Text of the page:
Ars Docendi recognition award for teaching on microbial ecology

picture of Alexander Loy, Holger Daims and Matthias Horn standing next to each other in front of the CMESS entrance sign

In the context of the “Ars Docendi State Prize for Excellent Teaching”, DOME members Holger Daims, Matthias Horn and Alexander Loy received a recognition award for their teaching concept on microbial ecology. The jury of the award praised the close interdisciplinary cooperation and the problem- and research-oriented approach of the concept and described it as “groundbreaking” for teaching. The Ars Docendi 2022 awardees have been honoured on 22 September 2022 in the Aula der Wissenschaften in Vienna. The teaching project “Diversity, Function and Molecular Ecology of Microorganisms” by the three microbiologists reached the shortlist in the category “Learning Outcome-Oriented Teaching and Examination Culture” and thus received a recognition award. The project is now included as a teaching example in the “Atlas of Good Teaching" (Atlas der guten Lehre). This atlas collects best practice examples from teaching and makes them accessible to other educators as an online reference work.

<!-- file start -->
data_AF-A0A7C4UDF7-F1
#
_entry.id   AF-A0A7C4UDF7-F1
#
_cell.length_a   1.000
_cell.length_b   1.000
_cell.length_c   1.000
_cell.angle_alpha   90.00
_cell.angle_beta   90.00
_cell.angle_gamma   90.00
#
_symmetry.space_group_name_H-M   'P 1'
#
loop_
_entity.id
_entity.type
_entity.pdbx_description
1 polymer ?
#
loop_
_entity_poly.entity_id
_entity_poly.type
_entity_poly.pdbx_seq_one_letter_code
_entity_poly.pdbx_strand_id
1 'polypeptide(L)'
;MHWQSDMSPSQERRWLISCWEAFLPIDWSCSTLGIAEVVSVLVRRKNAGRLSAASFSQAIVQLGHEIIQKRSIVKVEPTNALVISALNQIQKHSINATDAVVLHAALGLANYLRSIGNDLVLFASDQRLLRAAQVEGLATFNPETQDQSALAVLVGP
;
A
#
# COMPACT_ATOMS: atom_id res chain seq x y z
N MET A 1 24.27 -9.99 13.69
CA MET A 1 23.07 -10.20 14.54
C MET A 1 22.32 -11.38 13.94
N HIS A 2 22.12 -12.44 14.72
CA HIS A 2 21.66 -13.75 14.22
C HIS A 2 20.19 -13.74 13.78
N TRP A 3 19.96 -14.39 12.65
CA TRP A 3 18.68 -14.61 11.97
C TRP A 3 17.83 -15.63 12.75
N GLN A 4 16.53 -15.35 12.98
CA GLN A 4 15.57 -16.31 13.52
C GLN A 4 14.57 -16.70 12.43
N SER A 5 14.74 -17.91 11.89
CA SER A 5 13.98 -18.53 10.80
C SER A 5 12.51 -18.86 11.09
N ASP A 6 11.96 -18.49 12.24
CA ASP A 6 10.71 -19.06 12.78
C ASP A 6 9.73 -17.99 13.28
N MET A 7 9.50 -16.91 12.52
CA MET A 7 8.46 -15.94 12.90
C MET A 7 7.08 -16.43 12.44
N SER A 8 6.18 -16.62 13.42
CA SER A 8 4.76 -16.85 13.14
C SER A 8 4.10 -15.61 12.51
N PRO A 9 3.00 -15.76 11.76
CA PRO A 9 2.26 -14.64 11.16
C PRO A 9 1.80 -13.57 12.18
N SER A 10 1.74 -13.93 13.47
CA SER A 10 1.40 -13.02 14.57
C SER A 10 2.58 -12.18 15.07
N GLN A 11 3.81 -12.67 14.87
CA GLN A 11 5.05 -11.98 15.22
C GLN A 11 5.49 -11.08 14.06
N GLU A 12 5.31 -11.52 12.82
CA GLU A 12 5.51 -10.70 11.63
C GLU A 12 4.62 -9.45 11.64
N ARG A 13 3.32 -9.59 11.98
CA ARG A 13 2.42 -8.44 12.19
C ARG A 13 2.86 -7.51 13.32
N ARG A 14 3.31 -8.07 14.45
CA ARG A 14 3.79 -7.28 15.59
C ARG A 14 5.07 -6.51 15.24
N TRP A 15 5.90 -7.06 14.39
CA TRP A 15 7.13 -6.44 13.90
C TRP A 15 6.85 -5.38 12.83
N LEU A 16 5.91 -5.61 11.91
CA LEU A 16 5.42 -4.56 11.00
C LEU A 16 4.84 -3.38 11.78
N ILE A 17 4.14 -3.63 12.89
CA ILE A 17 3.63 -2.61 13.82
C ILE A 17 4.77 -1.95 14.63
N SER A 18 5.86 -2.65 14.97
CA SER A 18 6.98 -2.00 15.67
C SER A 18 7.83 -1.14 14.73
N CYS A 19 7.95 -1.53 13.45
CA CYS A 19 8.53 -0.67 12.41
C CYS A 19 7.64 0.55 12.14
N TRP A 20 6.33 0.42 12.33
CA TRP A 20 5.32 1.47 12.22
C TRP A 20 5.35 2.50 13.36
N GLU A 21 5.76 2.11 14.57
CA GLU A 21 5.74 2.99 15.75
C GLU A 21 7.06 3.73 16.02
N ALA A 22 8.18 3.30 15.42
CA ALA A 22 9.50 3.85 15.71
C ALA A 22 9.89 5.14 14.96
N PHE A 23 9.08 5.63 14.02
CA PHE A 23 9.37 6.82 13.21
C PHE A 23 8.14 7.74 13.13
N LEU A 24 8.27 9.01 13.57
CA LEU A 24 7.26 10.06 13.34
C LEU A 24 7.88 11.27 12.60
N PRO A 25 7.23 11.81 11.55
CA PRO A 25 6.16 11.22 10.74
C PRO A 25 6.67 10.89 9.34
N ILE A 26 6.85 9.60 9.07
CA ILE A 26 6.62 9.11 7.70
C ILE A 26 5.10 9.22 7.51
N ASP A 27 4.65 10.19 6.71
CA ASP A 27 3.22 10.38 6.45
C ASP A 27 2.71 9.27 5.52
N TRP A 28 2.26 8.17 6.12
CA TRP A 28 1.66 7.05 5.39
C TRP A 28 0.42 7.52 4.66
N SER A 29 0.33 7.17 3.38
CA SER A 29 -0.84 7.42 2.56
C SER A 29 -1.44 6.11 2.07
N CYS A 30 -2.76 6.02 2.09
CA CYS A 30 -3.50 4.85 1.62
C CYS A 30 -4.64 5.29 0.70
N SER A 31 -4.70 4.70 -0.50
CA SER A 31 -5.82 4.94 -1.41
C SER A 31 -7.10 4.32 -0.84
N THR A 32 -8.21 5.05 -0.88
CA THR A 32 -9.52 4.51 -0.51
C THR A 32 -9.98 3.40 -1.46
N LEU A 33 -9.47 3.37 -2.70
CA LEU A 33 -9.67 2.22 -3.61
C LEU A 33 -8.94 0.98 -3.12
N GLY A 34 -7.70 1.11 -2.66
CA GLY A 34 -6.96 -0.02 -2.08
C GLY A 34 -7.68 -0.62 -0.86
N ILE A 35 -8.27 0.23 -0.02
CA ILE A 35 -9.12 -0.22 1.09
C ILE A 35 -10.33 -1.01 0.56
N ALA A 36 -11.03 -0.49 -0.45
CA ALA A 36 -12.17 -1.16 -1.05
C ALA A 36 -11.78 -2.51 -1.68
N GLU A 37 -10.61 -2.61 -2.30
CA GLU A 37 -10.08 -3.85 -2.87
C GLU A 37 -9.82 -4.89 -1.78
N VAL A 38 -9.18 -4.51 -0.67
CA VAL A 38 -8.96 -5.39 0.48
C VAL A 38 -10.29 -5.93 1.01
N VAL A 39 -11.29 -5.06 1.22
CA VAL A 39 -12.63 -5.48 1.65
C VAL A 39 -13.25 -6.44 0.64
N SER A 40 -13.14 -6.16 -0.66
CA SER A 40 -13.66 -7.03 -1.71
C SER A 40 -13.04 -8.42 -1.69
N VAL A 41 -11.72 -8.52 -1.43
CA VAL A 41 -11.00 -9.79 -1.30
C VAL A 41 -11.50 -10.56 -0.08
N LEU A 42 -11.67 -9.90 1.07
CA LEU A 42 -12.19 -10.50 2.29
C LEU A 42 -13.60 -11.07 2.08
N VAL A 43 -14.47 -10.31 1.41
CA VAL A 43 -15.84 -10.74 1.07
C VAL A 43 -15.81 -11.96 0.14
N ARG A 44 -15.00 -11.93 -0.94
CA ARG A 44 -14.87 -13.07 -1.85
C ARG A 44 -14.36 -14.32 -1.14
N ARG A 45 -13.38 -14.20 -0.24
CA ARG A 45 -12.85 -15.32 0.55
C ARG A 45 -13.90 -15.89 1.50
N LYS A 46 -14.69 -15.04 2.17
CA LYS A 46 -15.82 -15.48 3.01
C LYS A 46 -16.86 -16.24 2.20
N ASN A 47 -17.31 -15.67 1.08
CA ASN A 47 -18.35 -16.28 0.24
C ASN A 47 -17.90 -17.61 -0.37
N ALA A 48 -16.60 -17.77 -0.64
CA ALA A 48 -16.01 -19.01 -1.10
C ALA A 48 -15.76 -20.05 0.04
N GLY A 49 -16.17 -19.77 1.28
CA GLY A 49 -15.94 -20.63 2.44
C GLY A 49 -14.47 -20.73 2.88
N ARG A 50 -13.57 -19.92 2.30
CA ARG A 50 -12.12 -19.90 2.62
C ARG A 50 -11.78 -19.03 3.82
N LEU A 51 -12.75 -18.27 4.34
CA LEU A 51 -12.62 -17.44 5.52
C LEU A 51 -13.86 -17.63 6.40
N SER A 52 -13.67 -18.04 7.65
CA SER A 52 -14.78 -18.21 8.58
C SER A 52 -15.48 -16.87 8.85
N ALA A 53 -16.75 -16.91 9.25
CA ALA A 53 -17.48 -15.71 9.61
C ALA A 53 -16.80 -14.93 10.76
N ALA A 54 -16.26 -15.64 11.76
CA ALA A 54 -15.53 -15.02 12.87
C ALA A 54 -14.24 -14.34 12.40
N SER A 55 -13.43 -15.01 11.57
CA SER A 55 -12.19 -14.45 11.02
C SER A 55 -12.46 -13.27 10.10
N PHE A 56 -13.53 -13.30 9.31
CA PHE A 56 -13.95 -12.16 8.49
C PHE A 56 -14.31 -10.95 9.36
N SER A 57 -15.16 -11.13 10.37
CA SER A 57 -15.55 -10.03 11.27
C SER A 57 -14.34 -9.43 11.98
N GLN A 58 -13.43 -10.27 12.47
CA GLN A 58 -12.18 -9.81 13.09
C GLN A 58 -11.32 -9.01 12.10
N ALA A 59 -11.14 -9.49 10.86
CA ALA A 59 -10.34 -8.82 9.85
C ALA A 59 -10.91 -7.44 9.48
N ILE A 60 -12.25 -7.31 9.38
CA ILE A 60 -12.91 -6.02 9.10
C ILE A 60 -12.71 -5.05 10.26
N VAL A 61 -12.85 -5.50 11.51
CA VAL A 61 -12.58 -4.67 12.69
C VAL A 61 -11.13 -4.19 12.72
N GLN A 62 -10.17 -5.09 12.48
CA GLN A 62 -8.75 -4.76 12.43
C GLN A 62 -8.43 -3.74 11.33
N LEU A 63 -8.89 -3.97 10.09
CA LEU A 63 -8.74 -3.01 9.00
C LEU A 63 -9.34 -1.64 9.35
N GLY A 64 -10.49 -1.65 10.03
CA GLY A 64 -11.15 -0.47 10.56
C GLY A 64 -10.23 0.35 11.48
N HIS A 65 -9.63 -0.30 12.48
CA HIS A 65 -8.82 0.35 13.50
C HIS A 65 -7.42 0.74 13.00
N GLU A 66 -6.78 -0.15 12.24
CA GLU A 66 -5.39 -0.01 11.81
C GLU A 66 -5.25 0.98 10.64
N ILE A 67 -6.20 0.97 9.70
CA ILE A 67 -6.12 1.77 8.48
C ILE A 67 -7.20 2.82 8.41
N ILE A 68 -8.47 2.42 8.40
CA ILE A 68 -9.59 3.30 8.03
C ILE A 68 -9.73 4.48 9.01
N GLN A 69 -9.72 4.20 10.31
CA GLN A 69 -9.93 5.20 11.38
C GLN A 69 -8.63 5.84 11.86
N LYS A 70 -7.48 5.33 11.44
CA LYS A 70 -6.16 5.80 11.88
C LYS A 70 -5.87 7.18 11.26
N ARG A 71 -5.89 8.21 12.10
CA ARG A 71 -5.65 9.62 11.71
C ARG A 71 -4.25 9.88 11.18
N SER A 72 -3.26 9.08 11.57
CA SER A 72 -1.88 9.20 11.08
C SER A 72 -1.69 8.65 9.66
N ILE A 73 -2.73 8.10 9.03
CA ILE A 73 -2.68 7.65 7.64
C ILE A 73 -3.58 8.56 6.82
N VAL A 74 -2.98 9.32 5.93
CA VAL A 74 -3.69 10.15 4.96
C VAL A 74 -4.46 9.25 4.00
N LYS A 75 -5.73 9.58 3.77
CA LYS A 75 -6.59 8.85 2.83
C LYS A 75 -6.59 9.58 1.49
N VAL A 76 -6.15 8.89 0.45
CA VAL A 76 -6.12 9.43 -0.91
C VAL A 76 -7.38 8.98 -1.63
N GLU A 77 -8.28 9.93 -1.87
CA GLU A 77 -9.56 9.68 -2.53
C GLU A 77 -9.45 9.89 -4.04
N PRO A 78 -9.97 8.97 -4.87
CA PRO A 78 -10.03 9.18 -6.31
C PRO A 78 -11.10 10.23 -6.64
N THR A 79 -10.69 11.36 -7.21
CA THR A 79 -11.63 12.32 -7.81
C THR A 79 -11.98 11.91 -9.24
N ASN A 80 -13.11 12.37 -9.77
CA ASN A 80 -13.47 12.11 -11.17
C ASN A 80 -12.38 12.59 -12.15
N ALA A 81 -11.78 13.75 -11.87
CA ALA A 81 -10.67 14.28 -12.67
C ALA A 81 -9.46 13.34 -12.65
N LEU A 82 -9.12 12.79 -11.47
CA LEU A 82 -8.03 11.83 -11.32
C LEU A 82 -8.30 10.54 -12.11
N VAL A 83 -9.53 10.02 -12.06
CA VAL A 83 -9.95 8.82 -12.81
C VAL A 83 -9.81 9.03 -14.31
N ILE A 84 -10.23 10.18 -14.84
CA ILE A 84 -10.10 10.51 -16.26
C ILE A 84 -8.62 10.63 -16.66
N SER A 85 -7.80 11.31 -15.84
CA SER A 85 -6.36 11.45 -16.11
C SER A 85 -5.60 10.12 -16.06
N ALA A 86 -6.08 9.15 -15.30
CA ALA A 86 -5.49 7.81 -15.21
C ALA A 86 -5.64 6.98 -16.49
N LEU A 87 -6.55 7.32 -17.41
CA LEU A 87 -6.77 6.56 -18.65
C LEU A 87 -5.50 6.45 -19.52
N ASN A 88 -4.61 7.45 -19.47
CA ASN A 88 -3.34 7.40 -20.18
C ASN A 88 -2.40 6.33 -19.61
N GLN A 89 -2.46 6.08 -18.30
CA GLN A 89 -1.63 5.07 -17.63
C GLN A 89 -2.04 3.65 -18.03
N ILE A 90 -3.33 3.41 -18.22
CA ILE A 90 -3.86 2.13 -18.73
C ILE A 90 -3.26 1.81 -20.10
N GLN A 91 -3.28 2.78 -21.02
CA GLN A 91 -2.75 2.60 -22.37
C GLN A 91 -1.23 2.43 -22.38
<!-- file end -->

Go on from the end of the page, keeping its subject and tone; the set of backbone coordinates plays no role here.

The teaching project of the three CMESS researchers consists of two lectures, a laboratory exercise and a seminar with excursions. The combination of these four courses is dedicated to the challenge of making microbial ecology understandable and at the same time exciting for students. Microbes usually elude direct observation and often appear unspectacular even under the microscope. Yet, they are omnipresent and essential for the health of humans and the planet. However, their important functions result from complex biochemical processes that can only be studied if students acquire insights into complicated lab and computational techniques. By means of extensive interaction and hands-on research, the three microbiologists aim at facilitating these insights. The dialogue with the students, varied didactic elements such as quizzes, reflection on methods based on real studies, exercises, and insights into practical applications of microbial ecology are described by them as core building blocks of their teaching.

The “Ars Docendi State Prize for Excellent Teaching” was announced for the tenth time by the Universities Conference, the Universities of Applied Sciences Conference, the Austrian Conference of Private Universities, the Rectors’ Conference of the Austrian Universities of Teacher Education and the Austrian Students’ Union. The prize aims at highlighting the great importance of teaching in the science system and at supporting cooperation in the education sector. This year, a total of almost 350 teachers from Austrian universities submitted 164 teaching concepts.